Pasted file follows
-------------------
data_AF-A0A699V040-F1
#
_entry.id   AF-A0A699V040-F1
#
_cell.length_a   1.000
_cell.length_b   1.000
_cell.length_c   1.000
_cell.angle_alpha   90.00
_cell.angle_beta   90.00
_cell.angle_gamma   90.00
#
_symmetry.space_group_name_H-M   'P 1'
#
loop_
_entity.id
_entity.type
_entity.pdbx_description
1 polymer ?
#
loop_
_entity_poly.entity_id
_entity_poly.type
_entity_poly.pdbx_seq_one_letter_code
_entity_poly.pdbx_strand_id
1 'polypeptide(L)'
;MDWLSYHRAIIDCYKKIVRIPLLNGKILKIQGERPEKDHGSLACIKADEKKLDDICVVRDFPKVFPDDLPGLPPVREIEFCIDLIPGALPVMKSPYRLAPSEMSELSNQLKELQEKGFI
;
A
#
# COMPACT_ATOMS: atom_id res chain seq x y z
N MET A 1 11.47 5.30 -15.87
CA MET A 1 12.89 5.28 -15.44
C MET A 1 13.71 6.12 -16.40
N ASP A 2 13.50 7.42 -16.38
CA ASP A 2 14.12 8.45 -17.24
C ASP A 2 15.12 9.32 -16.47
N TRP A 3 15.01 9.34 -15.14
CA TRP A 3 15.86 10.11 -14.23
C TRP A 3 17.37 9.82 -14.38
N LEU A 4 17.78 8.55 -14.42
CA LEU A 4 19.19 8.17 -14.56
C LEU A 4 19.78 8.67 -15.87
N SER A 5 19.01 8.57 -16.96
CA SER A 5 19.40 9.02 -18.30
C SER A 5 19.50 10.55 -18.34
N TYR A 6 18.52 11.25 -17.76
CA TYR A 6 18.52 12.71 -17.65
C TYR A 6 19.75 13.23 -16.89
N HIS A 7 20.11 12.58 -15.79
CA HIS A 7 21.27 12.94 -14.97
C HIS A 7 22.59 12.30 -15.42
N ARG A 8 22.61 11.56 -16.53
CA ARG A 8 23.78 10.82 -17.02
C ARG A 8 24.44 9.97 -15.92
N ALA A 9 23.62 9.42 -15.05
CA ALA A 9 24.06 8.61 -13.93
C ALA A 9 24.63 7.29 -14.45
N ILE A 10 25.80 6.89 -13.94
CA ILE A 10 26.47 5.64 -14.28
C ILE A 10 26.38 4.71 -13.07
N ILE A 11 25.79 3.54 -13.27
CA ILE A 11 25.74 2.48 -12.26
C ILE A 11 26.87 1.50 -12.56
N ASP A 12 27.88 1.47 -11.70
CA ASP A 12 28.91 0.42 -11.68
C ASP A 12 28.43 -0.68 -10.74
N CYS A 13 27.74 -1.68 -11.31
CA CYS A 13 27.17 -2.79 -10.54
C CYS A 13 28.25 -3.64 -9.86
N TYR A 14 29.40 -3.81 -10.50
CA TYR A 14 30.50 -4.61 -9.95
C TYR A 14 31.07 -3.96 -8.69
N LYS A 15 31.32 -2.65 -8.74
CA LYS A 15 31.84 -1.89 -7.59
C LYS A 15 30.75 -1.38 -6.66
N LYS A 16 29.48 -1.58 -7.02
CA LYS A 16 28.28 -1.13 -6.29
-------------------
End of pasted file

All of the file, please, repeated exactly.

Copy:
data_AF-A0A699V040-F1
#
_entry.id   AF-A0A699V040-F1
#
_cell.length_a   1.000
_cell.length_b   1.000
_cell.length_c   1.000
_cell.angle_alpha   90.00
_cell.angle_beta   90.00
_cell.angle_gamma   90.00
#
_symmetry.space_group_name_H-M   'P 1'
#
loop_
_entity.id
_entity.type
_entity.pdbx_description
1 polymer ?
#
loop_
_entity_poly.entity_id
_entity_poly.type
_entity_poly.pdbx_seq_one_letter_code
_entity_poly.pdbx_strand_id
1 'polypeptide(L)'
;MDWLSYHRAIIDCYKKIVRIPLLNGKILKIQGERPEKDHGSLACIKADEKKLDDICVVRDFPKVFPDDLPGLPPVREIEFCIDLIPGALPVMKSPYRLAPSEMSELSNQLKELQEKGFI
;
A
#
# COMPACT_ATOMS: atom_id res chain seq x y z
N MET A 1 11.47 5.30 -15.87
CA MET A 1 12.89 5.28 -15.44
C MET A 1 13.71 6.12 -16.40
N ASP A 2 13.50 7.42 -16.38
CA ASP A 2 14.12 8.45 -17.24
C ASP A 2 15.12 9.32 -16.47
N TRP A 3 15.01 9.34 -15.14
CA TRP A 3 15.86 10.11 -14.23
C TRP A 3 17.37 9.82 -14.38
N LEU A 4 17.78 8.55 -14.42
CA LEU A 4 19.19 8.17 -14.56
C LEU A 4 19.78 8.67 -15.87
N SER A 5 19.01 8.57 -16.96
CA SER A 5 19.40 9.02 -18.30
C SER A 5 19.50 10.55 -18.34
N TYR A 6 18.52 11.25 -17.76
CA TYR A 6 18.52 12.71 -17.65
C TYR A 6 19.75 13.23 -16.89
N HIS A 7 20.11 12.58 -15.79
CA HIS A 7 21.27 12.94 -14.97
C HIS A 7 22.59 12.30 -15.42
N ARG A 8 22.61 11.56 -16.53
CA ARG A 8 23.78 10.82 -17.02
C ARG A 8 24.44 9.97 -15.92
N ALA A 9 23.62 9.42 -15.05
CA ALA A 9 24.06 8.61 -13.93
C ALA A 9 24.63 7.29 -14.45
N ILE A 10 25.80 6.89 -13.94
CA ILE A 10 26.47 5.64 -14.28
C ILE A 10 26.38 4.71 -13.07
N ILE A 11 25.79 3.54 -13.27
CA ILE A 11 25.74 2.48 -12.26
C ILE A 11 26.87 1.50 -12.56
N ASP A 12 27.88 1.47 -11.70
CA ASP A 12 28.91 0.42 -11.68
C ASP A 12 28.43 -0.68 -10.74
N CYS A 13 27.74 -1.68 -11.31
CA CYS A 13 27.17 -2.79 -10.54
C CYS A 13 28.25 -3.64 -9.86
N TYR A 14 29.40 -3.81 -10.50
CA TYR A 14 30.50 -4.61 -9.95
C TYR A 14 31.07 -3.96 -8.69
N LYS A 15 31.32 -2.65 -8.74
CA LYS A 15 31.84 -1.89 -7.59
C LYS A 15 30.75 -1.38 -6.66
N LYS A 16 29.48 -1.58 -7.02
CA LYS A 16 28.28 -1.13 -6.29